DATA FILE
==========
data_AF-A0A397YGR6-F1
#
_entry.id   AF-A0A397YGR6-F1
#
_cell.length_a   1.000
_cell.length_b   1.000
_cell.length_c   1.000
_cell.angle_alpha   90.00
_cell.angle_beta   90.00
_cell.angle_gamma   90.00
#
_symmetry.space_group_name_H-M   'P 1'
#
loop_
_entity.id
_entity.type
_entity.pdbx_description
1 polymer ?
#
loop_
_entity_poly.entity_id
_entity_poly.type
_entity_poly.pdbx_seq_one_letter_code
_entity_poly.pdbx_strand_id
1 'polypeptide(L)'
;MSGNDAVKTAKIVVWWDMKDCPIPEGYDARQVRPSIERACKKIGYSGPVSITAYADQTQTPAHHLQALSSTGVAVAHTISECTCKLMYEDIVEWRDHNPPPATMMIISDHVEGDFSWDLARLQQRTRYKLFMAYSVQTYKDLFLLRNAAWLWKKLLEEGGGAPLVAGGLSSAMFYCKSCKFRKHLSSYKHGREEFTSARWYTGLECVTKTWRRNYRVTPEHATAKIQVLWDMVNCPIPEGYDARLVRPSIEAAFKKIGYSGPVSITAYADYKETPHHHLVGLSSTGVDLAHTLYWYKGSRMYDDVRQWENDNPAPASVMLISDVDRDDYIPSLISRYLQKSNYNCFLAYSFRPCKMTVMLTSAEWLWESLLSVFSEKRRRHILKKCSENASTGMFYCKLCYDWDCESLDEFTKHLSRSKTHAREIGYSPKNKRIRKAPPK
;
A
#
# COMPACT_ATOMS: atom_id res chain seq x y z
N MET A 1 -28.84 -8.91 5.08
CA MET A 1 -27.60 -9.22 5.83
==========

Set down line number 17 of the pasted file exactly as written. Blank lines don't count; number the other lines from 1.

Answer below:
_entity.pdbx_description